The University of New Hampshire, founded in 1866, is a world-class public research university with the feel of a New England liberal arts college. A land, sea, and space-grant university, UNH is the state's flagship public institution, enrolling 12,200 undergraduate and 2,300 graduate students.
Images available to download:http://www.unh.edu/news/cj_nr/2011/oct/bp06noaa_01.jpg
Credit: Image produced by the University of New Hampshire Center for Coastal and Ocean Mapping/Joint Hydrographic Center using IVS Fledermaus software.http://www.unh.edu/news/cj_nr/2011/oct/bp06noaa_02.jpg
Credit: Image produced by the University of New Hampshire Center for Coastal and Ocean Mapping/Joint Hydrographic Center using IVS Fledermaus software.
Beth Potier | EurekAlert!
Further reports about: > Coastal Ocean Science > Fledermaus > Galaxy Evolution Explorer > Gulf of Maine region > Hydrographic > Multibeam > NOAA > Okeanos > echo-sounding technology > marine environment > multibeam sonar > ocean environment > sensitive single-beam sonars > sound wave > undersea gas seeps > water column
GPM sees deadly tornadic storms moving through US Southeast
01.12.2016 | NASA/Goddard Space Flight Center
Cyclic change within magma reservoirs significantly affects the explosivity of volcanic eruptions
30.11.2016 | Johannes Gutenberg-Universität Mainz
A multi-institutional research collaboration has created a novel approach for fabricating three-dimensional micro-optics through the shape-defined formation of porous silicon (PSi), with broad impacts in integrated optoelectronics, imaging, and photovoltaics.
Working with colleagues at Stanford and The Dow Chemical Company, researchers at the University of Illinois at Urbana-Champaign fabricated 3-D birefringent...
In experiments with magnetic atoms conducted at extremely low temperatures, scientists have demonstrated a unique phase of matter: The atoms form a new type of quantum liquid or quantum droplet state. These so called quantum droplets may preserve their form in absence of external confinement because of quantum effects. The joint team of experimental physicists from Innsbruck and theoretical physicists from Hannover report on their findings in the journal Physical Review X.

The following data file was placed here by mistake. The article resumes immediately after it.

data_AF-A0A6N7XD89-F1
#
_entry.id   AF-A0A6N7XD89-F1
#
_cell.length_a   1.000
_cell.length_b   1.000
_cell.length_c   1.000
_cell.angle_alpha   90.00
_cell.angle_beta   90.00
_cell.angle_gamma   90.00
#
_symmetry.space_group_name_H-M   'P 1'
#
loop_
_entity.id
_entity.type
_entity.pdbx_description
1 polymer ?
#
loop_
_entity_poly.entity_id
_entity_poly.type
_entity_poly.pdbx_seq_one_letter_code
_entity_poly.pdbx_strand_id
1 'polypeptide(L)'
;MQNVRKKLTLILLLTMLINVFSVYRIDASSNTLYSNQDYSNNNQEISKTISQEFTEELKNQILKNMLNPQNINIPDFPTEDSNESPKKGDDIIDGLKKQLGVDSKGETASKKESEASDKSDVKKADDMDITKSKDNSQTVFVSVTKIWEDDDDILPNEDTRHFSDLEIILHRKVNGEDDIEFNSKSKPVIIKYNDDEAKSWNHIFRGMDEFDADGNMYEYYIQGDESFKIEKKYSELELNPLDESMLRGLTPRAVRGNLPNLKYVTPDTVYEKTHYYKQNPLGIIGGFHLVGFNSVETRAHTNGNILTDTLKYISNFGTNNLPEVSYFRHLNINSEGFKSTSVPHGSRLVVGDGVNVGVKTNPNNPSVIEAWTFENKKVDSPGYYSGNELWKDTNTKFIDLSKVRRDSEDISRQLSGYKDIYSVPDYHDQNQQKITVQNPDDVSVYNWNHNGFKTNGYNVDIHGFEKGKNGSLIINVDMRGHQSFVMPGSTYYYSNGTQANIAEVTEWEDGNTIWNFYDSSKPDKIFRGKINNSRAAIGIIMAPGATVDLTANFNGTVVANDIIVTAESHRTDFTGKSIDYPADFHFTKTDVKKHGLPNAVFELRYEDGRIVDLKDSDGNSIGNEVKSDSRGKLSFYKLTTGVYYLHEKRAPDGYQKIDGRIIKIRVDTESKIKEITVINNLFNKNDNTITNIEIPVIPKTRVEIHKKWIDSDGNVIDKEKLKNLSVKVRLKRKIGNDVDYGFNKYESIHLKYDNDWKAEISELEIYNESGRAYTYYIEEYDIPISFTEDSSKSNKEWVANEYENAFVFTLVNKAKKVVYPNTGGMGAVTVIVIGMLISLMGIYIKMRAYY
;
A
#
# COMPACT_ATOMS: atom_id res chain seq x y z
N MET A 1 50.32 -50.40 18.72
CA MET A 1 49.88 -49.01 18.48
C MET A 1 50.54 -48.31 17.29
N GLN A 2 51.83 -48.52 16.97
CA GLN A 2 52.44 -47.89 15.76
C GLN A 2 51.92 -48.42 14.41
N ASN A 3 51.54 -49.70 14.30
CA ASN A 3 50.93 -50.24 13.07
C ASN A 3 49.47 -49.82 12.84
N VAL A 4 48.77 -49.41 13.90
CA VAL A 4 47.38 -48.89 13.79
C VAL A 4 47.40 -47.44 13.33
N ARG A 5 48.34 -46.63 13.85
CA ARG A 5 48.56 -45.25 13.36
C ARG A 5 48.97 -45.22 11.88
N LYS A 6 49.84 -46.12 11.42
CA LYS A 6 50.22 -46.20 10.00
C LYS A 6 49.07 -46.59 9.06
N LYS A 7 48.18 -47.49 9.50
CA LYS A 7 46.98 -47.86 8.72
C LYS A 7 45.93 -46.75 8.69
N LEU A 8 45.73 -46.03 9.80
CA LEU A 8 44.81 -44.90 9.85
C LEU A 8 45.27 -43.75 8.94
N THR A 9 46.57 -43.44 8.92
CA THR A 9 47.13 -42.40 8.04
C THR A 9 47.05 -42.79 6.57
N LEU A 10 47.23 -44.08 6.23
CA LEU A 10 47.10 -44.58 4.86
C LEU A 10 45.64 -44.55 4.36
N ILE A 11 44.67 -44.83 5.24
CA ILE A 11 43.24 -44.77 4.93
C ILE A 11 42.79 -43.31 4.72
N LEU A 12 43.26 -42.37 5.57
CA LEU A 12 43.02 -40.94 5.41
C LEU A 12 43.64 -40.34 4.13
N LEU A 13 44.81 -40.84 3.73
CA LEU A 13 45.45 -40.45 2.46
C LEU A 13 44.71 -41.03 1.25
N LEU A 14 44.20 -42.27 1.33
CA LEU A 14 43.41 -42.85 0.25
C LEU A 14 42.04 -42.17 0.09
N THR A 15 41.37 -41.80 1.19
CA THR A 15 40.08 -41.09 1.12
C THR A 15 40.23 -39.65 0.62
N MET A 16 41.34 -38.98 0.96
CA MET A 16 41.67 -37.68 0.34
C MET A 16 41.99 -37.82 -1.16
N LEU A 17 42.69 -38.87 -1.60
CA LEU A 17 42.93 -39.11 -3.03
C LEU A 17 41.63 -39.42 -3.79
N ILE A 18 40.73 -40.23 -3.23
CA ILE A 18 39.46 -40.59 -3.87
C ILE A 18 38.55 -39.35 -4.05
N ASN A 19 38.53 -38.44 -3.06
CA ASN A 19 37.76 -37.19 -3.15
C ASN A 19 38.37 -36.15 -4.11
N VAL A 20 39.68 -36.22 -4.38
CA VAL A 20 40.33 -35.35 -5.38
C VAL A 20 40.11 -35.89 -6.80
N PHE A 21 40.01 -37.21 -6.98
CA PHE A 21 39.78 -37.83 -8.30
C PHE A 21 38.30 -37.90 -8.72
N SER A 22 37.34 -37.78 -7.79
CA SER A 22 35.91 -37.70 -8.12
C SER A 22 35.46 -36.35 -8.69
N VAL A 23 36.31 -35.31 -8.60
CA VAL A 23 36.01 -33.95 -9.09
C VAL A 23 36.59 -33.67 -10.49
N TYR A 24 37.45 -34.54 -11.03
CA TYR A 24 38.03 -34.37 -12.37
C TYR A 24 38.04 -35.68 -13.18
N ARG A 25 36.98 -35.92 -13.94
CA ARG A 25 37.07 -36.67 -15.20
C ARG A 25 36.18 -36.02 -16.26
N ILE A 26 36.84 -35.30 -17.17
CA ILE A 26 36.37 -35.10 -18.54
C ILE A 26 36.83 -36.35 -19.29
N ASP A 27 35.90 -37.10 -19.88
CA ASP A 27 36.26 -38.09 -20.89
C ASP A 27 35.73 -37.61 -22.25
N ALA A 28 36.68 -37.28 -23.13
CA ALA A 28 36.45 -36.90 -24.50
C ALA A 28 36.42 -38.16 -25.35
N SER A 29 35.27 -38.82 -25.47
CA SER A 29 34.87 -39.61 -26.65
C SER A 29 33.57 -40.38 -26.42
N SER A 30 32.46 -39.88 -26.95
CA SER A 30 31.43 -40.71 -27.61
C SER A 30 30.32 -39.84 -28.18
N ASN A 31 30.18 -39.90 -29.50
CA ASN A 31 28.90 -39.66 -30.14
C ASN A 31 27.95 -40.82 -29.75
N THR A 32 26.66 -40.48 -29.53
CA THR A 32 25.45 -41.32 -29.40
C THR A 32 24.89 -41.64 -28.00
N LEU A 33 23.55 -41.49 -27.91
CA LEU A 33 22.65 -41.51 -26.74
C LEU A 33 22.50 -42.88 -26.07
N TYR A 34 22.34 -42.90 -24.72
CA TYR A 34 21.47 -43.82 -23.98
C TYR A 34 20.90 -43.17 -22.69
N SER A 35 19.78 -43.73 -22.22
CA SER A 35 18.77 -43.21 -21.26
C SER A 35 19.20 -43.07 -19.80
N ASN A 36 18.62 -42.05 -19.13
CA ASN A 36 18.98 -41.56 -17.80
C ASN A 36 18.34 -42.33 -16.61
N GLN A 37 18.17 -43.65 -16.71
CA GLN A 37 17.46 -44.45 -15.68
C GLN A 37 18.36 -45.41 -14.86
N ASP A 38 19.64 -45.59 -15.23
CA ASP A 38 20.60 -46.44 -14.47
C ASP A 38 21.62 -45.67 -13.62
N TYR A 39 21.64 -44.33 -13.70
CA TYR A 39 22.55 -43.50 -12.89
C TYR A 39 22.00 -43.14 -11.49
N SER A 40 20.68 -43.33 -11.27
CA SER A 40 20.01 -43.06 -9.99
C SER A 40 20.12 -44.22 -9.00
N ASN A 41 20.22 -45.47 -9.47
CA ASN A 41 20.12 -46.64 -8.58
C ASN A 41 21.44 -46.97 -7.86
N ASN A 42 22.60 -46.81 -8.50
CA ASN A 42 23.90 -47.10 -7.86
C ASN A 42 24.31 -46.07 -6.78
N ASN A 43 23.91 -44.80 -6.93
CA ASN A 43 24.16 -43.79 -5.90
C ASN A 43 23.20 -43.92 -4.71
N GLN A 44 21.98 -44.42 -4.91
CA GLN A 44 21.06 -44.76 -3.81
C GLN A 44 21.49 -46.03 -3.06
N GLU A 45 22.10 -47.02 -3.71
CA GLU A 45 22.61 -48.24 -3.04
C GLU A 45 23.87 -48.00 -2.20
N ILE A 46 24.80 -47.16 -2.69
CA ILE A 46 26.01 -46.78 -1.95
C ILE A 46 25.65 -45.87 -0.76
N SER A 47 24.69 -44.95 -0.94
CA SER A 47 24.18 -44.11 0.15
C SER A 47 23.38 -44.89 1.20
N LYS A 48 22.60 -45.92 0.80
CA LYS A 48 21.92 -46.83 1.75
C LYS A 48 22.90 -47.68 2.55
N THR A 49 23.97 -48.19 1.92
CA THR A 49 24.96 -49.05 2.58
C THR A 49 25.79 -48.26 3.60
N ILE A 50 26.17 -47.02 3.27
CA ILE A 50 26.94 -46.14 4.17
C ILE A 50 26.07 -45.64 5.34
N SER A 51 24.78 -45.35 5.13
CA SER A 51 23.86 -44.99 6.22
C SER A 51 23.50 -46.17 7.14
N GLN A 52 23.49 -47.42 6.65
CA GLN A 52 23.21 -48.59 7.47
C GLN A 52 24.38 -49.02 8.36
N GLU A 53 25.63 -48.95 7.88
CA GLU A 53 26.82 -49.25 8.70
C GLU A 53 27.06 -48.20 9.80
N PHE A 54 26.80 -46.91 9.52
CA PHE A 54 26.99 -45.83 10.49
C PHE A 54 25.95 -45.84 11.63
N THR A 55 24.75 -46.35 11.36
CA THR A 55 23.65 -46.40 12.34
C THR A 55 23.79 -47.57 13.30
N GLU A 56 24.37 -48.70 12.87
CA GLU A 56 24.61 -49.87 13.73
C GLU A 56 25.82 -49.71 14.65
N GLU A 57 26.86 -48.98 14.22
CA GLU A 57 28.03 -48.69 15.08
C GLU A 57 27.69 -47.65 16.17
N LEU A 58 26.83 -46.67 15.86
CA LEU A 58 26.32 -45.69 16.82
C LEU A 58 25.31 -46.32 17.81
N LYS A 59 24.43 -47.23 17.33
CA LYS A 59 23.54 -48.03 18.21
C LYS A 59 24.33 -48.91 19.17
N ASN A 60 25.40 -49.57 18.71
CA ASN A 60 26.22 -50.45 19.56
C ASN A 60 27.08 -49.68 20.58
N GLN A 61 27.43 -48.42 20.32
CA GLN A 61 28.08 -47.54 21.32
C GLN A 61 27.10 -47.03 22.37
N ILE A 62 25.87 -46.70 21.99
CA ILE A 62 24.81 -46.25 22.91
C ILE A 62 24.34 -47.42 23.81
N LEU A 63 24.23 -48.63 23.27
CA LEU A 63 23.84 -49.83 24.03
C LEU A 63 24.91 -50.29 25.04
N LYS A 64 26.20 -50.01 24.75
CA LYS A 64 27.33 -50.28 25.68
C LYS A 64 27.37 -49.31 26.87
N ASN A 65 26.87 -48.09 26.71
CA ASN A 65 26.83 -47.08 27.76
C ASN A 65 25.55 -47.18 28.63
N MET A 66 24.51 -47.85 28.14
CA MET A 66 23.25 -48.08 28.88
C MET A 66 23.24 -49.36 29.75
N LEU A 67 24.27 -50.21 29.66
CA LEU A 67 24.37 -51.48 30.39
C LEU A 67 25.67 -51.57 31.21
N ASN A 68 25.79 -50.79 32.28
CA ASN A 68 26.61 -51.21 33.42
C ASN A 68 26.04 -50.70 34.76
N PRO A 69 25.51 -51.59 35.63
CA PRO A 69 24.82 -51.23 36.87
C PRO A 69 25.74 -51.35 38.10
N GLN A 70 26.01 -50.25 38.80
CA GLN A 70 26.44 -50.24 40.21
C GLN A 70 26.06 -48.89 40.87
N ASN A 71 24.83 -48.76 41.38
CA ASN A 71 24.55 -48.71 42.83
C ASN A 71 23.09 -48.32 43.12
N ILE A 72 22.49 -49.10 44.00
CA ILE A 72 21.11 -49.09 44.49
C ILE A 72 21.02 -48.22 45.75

“Our Quantum droplets are in the gas phase but they still drop like a rock,” explains experimental physicist Francesca Ferlaino when talking about the...
The Max Planck Institute for Physics (MPP) is opening up a new research field. A workshop from November 21 - 22, 2016 will mark the start of activities for an innovative axion experiment. Axions are still only purely hypothetical particles. Their detection could solve two fundamental problems in particle physics: What dark matter consists of and why it has not yet been possible to directly observe a CP violation for the strong interaction.
The “MADMAX” project is the MPP’s commitment to axion research. Axions are so far only a theoretical prediction and are difficult to detect: on the one hand,...
Broadband rotational spectroscopy unravels structural reshaping of isolated molecules in the gas phase to accommodate water
In two recent publications in the Journal of Chemical Physics and in the Journal of Physical Chemistry Letters, researchers around Melanie Schnell from the Max...
The efficiency of power electronic systems is not solely dependent on electrical efficiency but also on weight, for example, in mobile systems. When the weight of relevant components and devices in airplanes, for instance, is reduced, fuel savings can be achieved and correspondingly greenhouse gas emissions decreased. New materials and components based on gallium nitride (GaN) can help to reduce weight and increase the efficiency. With these new materials, power electronic switches can be operated at higher switching frequency, resulting in higher power density and lower material costs.
Researchers at the Fraunhofer Institute for Solar Energy Systems ISE together with partners have investigated how these materials can be used to make power...
16.11.2016 | Event News
01.11.2016 | Event News
14.10.2016 | Event News
02.12.2016 | Medical Engineering
02.12.2016 | Agricultural and Forestry Science
02.12.2016 | Physics and Astronomy